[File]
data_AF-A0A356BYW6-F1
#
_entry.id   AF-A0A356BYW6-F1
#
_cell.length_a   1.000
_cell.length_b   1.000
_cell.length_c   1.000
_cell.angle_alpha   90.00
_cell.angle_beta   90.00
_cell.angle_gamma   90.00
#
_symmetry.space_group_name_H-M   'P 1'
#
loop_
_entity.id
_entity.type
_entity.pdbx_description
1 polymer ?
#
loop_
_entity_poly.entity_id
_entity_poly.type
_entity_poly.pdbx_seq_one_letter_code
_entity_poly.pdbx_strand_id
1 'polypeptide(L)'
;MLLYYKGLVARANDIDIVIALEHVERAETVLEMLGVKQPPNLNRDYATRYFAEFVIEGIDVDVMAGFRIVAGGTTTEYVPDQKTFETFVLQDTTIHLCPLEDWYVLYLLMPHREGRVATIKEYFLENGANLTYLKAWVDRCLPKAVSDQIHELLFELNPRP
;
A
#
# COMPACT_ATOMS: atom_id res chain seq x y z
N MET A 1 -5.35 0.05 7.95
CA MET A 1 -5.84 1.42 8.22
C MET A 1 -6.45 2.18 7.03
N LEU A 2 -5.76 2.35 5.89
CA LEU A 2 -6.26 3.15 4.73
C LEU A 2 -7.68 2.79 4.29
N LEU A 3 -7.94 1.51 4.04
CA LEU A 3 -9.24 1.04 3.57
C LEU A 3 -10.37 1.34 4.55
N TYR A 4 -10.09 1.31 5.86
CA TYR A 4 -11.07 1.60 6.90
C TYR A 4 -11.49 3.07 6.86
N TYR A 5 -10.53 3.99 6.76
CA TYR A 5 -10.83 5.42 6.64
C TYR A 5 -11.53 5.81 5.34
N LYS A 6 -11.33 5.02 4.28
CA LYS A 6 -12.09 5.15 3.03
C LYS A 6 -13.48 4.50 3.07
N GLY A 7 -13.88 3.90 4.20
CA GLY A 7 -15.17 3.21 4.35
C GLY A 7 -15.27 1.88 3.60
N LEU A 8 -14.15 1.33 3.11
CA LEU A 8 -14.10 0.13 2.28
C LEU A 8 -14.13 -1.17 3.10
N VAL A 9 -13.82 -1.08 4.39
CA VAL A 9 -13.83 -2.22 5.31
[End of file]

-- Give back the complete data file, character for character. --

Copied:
data_AF-A0A356BYW6-F1
#
_entry.id   AF-A0A356BYW6-F1
#
_cell.length_a   1.000
_cell.length_b   1.000
_cell.length_c   1.000
_cell.angle_alpha   90.00
_cell.angle_beta   90.00
_cell.angle_gamma   90.00
#
_symmetry.space_group_name_H-M   'P 1'
#
loop_
_entity.id
_entity.type
_entity.pdbx_description
1 polymer ?
#
loop_
_entity_poly.entity_id
_entity_poly.type
_entity_poly.pdbx_seq_one_letter_code
_entity_poly.pdbx_strand_id
1 'polypeptide(L)'
;MLLYYKGLVARANDIDIVIALEHVERAETVLEMLGVKQPPNLNRDYATRYFAEFVIEGIDVDVMAGFRIVAGGTTTEYVPDQKTFETFVLQDTTIHLCPLEDWYVLYLLMPHREGRVATIKEYFLENGANLTYLKAWVDRCLPKAVSDQIHELLFELNPRP
;
A
#
# COMPACT_ATOMS: atom_id res chain seq x y z
N MET A 1 -5.35 0.05 7.95
CA MET A 1 -5.84 1.42 8.22
C MET A 1 -6.45 2.18 7.03
N LEU A 2 -5.76 2.35 5.89
CA LEU A 2 -6.26 3.15 4.73
C LEU A 2 -7.68 2.79 4.29
N LEU A 3 -7.94 1.51 4.04
CA LEU A 3 -9.24 1.04 3.57
C LEU A 3 -10.37 1.34 4.55
N TYR A 4 -10.09 1.31 5.86
CA TYR A 4 -11.07 1.60 6.90
C TYR A 4 -11.49 3.07 6.86
N TYR A 5 -10.53 3.99 6.76
CA TYR A 5 -10.83 5.42 6.64
C TYR A 5 -11.53 5.81 5.34
N LYS A 6 -11.33 5.02 4.28
CA LYS A 6 -12.09 5.15 3.03
C LYS A 6 -13.48 4.50 3.07
N GLY A 7 -13.88 3.90 4.20
CA GLY A 7 -15.17 3.21 4.35
C GLY A 7 -15.27 1.88 3.60
N LEU A 8 -14.15 1.33 3.11
CA LEU A 8 -14.10 0.13 2.28
C LEU A 8 -14.13 -1.17 3.10
N VAL A 9 -13.82 -1.08 4.39
CA VAL A 9 -13.83 -2.22 5.31